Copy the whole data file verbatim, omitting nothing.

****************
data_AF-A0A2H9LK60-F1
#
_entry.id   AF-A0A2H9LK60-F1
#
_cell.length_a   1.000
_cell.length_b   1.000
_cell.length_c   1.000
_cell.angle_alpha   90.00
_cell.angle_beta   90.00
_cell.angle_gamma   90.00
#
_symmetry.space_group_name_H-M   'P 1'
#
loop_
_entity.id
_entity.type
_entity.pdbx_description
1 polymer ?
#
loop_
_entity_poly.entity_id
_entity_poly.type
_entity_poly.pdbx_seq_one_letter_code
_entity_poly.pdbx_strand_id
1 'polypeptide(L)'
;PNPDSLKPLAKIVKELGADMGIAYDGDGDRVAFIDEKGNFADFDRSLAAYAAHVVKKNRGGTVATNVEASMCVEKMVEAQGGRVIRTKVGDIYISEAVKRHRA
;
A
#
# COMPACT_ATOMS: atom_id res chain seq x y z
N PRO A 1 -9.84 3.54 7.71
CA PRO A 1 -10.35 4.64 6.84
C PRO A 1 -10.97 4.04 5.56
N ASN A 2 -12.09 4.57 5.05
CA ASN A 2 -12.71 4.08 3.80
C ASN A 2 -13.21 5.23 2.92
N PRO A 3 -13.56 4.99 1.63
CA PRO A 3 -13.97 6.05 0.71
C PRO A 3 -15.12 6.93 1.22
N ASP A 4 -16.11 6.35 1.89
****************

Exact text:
data_AF-A0A2H9LK60-F1
#
_entry.id   AF-A0A2H9LK60-F1
#
_cell.length_a   1.000
_cell.length_b   1.000
_cell.length_c   1.000
_cell.angle_alpha   90.00
_cell.angle_beta   90.00
_cell.angle_gamma   90.00
#
_symmetry.space_group_name_H-M   'P 1'
#
loop_
_entity.id
_entity.type
_entity.pdbx_description
1 polymer ?
#
loop_
_entity_poly.entity_id
_entity_poly.type
_entity_poly.pdbx_seq_one_letter_code
_entity_poly.pdbx_strand_id
1 'polypeptide(L)'
;PNPDSLKPLAKIVKELGADMGIAYDGDGDRVAFIDEKGNFADFDRSLAAYAAHVVKKNRGGTVATNVEASMCVEKMVEAQGGRVIRTKVGDIYISEAVKRHRA
;
A
#
# COMPACT_ATOMS: atom_id res chain seq x y z
N PRO A 1 -9.84 3.54 7.71
CA PRO A 1 -10.35 4.64 6.84
C PRO A 1 -10.97 4.04 5.56
N ASN A 2 -12.09 4.57 5.05
CA ASN A 2 -12.71 4.08 3.80
C ASN A 2 -13.21 5.23 2.92
N PRO A 3 -13.56 4.99 1.63
CA PRO A 3 -13.97 6.05 0.71
C PRO A 3 -15.12 6.93 1.22
N ASP A 4 -16.11 6.35 1.89